MITCHELL BERNSTEIN, M.D.
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Appendicitis complicating typhoid fever is not of frequent occurrence, but failure to recognize this important complication may prove of serious consequence. Statistics reveal the total typhoid fever death rate for seventy-four cities of the United States during 1928 at 1.89 per 100,000 population.1 Some of these deaths were doubtless due to complications such as perforation and hemorrhage. In addition, appendicitis complicating typhoid fever, unless recognized and properly treated, may end fatally, because of suppuration, perforation, or both.
Previous attacks of appendicitis predispose to an acute flare-up at any time during the course of typhoid fever. The symptoms may be so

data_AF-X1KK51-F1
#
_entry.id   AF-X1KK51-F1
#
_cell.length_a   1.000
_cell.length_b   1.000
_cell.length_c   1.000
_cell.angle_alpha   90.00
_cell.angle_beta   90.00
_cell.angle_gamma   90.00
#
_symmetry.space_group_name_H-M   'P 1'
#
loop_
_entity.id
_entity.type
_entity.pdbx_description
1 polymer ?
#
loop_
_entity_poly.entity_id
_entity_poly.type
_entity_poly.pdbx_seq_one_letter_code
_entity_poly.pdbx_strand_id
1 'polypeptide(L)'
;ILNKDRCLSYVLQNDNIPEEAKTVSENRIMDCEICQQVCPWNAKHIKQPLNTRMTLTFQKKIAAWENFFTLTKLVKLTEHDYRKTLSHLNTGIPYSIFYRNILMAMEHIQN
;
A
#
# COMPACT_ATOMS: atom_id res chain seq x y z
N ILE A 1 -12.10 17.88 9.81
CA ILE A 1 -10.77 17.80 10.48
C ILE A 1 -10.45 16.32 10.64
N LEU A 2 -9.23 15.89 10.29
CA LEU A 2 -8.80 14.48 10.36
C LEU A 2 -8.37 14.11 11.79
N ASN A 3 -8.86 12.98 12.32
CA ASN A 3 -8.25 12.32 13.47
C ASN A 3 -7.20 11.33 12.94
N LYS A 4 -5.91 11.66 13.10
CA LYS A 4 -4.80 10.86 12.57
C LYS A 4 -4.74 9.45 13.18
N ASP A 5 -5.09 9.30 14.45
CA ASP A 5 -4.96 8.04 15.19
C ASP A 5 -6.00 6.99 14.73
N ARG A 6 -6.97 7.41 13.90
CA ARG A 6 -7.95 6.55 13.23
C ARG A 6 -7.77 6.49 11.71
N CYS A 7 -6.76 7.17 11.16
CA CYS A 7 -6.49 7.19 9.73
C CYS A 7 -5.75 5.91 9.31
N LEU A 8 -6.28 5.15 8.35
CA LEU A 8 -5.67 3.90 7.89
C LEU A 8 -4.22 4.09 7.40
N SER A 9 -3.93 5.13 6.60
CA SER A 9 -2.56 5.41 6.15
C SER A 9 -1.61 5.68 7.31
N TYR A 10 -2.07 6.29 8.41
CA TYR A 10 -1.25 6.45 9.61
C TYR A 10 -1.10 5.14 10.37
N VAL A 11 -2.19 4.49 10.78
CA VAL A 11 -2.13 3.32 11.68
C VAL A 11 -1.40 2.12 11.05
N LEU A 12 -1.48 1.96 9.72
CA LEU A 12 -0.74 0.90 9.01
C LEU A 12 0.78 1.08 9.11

BERNSTEIN M. Typhoid Fever Complicated By a Perforated Gangrenous Appendix*: Report of a Case with Recovery. Ann Intern Med. 1930;3:835–837. doi: https://doi.org/10.7326/0003-4819-3-8-835
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Published: Ann Intern Med. 1930;3(8):835-837.
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Print ISSN: 0003-4819 | Online ISSN: 1539-3704
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